Cook Inlet Group
LT. COL. MARGARET COOK Chief of Staff
CAPT. DICK CHlny Commander Southeastern Group
CAPT. C. P. WARD Commander Fairbanks Group
National Headquarters Civil Air Patrol is located at Maxwell AFB, Alabama. Each Wing Headquarters provides command and staff supervision over its
SOUTHEASTERN GROUP Baranof Composite Squadron Juneau Cadet Squadron Ketchikan Composite Squadron
YUKON GROUP ClearSenior Squadron Fairbanks Cadet Squadron Kotzebue Senior Squadron Nome Senior Flight
UNITS OF THE ALASKA WING CIVIL AIR PATROL 1976
COOK INLET GROUP Anchorage Cadet Squadron Cordova Senior Squadron Elmendorf Cadet Squadron Glacier Cadet Squadron
Homer Composite Squadron Kenai Composite Squadron Matanuska Valley Composite Squadron Polaris Senior Squadron
Seward Composite Squadron Soldotna Composite Squadron
Mt. Drum Senior Flight
WING HEADQUARTERS Bethel Senior Flight Bristol Bay Senior Squadron
WING STAFF ROSTER [as of 31 December 1976]
Deputy Commander ABOOD, Mitchell E. Jr. Captain
Chief of Staff COOK, Margaret M. LT. COL.
Administration Director KELSOE, Julia K. SIM
Records Officer SARGENT, Hildegrade I.S/M
Aerospace Education Director STICKNEY, Ronald F. SIM
Ass't. Director PETERSON, De Vorl LT. COL.
Cadets Director MCKEE, William H. LT. COL.
Ass't. Director NICKEL, Paul MAJOR
Chaplain Director MAAKSTEAD, John L. LT. COL.
Ass't. HURLEY, Francis M. LT. COL.
Ass't. LINDSAY, Don CAPTAIN
Finance Finance Officer TALBOTT, Janice T .. 2DLT
Information Director SHEWE, Allen H. LT. COL.
Ice Cap RUTTER, Nick SI M
Legal PREE, David J. LT. COL.
Logistics Director REINERT, Robert W. MAJOR
Transportation SARGENT, Monte H. CAPTAIN
Aircraft Maintenance MILLS, Roger MAJOR
Operations Director KELSOE, David W. CAPTAIN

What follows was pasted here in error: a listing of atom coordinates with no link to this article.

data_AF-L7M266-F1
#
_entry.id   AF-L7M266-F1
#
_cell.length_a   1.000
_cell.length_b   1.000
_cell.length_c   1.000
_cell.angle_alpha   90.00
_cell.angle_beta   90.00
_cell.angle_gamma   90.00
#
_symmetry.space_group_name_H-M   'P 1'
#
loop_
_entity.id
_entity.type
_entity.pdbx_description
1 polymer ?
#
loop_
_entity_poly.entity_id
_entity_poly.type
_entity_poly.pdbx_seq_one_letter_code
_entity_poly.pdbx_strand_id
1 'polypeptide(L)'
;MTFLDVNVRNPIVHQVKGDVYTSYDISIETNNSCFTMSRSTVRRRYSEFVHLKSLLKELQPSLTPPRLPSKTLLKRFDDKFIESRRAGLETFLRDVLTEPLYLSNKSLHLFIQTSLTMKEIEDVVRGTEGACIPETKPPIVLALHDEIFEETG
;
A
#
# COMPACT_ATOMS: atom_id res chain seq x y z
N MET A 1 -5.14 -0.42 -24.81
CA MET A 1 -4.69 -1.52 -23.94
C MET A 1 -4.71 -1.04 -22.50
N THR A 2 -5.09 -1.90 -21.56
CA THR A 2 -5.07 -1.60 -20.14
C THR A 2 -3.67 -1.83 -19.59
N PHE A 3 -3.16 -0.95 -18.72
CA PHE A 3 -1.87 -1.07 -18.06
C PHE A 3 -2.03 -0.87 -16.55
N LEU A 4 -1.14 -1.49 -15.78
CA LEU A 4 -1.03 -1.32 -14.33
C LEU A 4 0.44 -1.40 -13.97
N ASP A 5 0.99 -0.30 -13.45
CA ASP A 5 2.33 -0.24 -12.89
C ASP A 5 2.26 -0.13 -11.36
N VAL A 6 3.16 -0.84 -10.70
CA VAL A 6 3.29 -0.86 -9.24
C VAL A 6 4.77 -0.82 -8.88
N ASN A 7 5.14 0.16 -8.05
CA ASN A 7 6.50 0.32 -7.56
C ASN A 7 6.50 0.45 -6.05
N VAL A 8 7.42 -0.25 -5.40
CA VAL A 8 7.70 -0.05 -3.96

ChiCk Pilot - St IEval CROOK, Albert J. LT. COL.
CD SHEWE, Allen H. LT. COL.
Personnel Director .' FLETCHER, Shirley MAJOR
Reserve Coordinator DOHERTY, Leonard LT. COL. USAF
Senior Training Director - Testing Officer COOK, Margaret M. LT. COL.
Safety Safety Officer ROGERS, Russell SIM
Bookstore Manager NICKEL, Paul MAJOR
Daedalian LO LIVESAY, Robert H. LT. COL.
Advisory to Commander CARTER, James E. COL. THE ALASKA WING - CIVIL AIR PATROL BALANCE SHEET
June 30, 1976 and 1975
Due from State of Alaska .
Plant and Equipment, At cost
Building improvements .
Aircraft ' .
Communications equipment .
Other equipment .. : .
Less accumulated depreciation .
Cash in scholarship fund .
LIABILITIES AND FUND BALANCE
Accounts payable .
Note payable, due October 5, 1976
including 9% interest, without collateral .
Fund balance .
$ 7,874 $ 2,545
17,916 79,010 121,141 121,141
,.' 281,087 245,011 267 46
THE ALASKA WING - CIVil AIR PATROL STATEMENT OF REVENUES AND EXPENDITURES AND FUND BALANCE
For the Years Ended June 30, 1976 and 1975
State appropriation .
Membership dues .
Cadet and senior activities .
Material and supplies .
Contributions. ~ .
Aircraft rental .
- Revenue on sale of equipment .
Other income .
Office expense .
Materials and supplies .
Facility expense .
Cadet and senior activities .
Aircraft operations and maintenance .
Equipment operation and maintenance .
Insurance expense .
Legal and accounting .
(Deficit) excess of revenues overs expenditures .
Beginning of period .
End of period .
1976 1975 .
176,997 263,407 3,933 3,935
(23,136) 84,816 310,008 225,192